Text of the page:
Ok, so your hardware is purring like a well tuned kitten.  Your temps look good and all your fans are in working order.  Now what?  Well, how old is that Windows install?

Windows is much better about this than it used to be, but you still, over time, get operating system bloat where Windows itself is running slower.  You can clear all of the temporary files, reinstall all of your drivers, clear out your startup items, and everything can still just be dragging.  If you can, a wipe and Windows reinstall will probably do more to speed things up than anything else.  If you can’t for any reason, there’s still a lot you can do to speed things up.  Use msconfig to check your startup programs and disable anything you don’t need.  Some network devices, audio devices, and video devices have programs that startup automatically that you want to keep running.  Some just have a lot of bloatware that slows things down.  Google will be your friend for this part.  Use a tool like CCleaner to clean out temporary files.  Clear those temporary internet files and your profile’s temp folder.  Run a tool like Malwarebytes Antimalware to make sure you don’t have any kind of spyware or adware.  Keep your video drivers up to date.  Use the release drivers, not beta drivers.  Beta drivers may have bugs or strange performance issues.  Finally, uninstall any programs you aren’t actually using.  If you haven’t played something in 6 months and don’t plan to fire it up tonight, go ahead and uninstall it.  The more free HD space you have, the easier it is for the drive to find empty space to write to.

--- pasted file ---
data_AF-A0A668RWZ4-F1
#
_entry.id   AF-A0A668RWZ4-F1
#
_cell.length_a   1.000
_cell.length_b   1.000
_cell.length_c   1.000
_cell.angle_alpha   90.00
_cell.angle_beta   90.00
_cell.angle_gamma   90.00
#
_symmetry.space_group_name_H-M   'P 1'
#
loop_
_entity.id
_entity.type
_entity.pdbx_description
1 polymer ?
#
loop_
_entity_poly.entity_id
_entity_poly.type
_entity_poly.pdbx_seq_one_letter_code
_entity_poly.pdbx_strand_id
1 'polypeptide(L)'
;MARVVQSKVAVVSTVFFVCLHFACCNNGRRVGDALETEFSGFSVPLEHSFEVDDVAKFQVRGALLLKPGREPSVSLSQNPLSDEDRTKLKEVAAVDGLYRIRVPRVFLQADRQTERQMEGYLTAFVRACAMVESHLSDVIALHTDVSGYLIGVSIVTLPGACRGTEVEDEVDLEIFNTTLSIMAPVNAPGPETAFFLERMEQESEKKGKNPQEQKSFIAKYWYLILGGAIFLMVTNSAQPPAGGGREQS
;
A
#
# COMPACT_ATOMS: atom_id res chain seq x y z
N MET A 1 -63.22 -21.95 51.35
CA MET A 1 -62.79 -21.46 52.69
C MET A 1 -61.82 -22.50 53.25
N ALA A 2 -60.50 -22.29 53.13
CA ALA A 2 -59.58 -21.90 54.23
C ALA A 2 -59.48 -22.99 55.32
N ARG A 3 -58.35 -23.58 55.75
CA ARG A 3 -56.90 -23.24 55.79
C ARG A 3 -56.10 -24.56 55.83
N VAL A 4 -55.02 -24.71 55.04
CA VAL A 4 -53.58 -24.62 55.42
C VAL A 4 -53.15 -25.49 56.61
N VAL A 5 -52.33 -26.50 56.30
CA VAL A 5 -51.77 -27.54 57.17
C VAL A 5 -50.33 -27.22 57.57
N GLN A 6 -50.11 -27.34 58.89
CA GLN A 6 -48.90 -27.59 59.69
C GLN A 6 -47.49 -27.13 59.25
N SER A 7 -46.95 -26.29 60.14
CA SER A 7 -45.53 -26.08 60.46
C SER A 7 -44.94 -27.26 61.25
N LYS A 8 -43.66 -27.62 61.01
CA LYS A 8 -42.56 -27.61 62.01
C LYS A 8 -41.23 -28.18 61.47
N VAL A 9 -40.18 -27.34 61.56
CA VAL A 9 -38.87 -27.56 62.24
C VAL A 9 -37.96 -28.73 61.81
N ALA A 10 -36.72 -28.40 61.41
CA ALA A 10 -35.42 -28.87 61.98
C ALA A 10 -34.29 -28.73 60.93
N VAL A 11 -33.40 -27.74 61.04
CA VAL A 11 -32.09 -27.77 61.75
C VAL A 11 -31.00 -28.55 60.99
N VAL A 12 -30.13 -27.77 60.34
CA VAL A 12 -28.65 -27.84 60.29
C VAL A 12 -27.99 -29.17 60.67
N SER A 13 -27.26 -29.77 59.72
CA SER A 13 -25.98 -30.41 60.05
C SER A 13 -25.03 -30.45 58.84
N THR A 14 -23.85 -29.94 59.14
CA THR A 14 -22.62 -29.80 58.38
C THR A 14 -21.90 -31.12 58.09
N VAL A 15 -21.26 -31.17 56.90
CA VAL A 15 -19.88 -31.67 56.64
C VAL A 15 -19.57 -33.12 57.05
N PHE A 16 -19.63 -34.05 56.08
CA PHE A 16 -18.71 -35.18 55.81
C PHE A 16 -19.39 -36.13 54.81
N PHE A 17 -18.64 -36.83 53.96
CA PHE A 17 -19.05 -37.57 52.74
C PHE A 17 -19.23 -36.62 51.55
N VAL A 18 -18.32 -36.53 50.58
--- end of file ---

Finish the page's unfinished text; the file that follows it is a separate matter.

Ok, so you’ve done everything recommended so far.  You’ve cleaned your PC, you upgraded your RAM, you replaced your old hard drive, you reinstalled Windows, updated your drivers, and have plenty of free space, but things are still chugging a bit in your favorite game.  You have to tune your game settings for your hardware.  Not everyone gets to run games on high graphics settings.  This is something where you have to work with the settings to find what works for you.  Most commonly, water and shadow settings tend to be the greatest performance hogs.  If you have an anti-aliasing or ansiotropic filtering option in your game, turning that down or off entirely can greatly improve performance but textures will look worse and you’ll have jagged edges to things.  Play with the settings until you find something that performs well enough for you and looks pretty enough.

So… you’ve done everything and it’s still not enough?  It’s time for an upgrade!  I’ll cover that down the road soon.

Affiliates


MONDAY, JUNE 26, 2017
Copyright 2012 Beazley Entertainment
All text, images, and other material posted by Video Game Scoreboard administrative staff to the website or the forums are the property of Video Game Scoreboard and cannot be duplicated, republished or retransmitted without the express written permission of the Video Game Scoreboard. All rights reserved.
Submit your scores to:
Video Game Scoreboard
2373 N.W. 185th, Suite 423
Hillsboro, OR 97124

Popup Widget

This is the Popup Widget. Add any widget to the popup widget position, and place anywhere Gantry Popup widget to trigger the RokBox.

You can configure its height and width from the widget settings.

More Information
%d bloggers like this: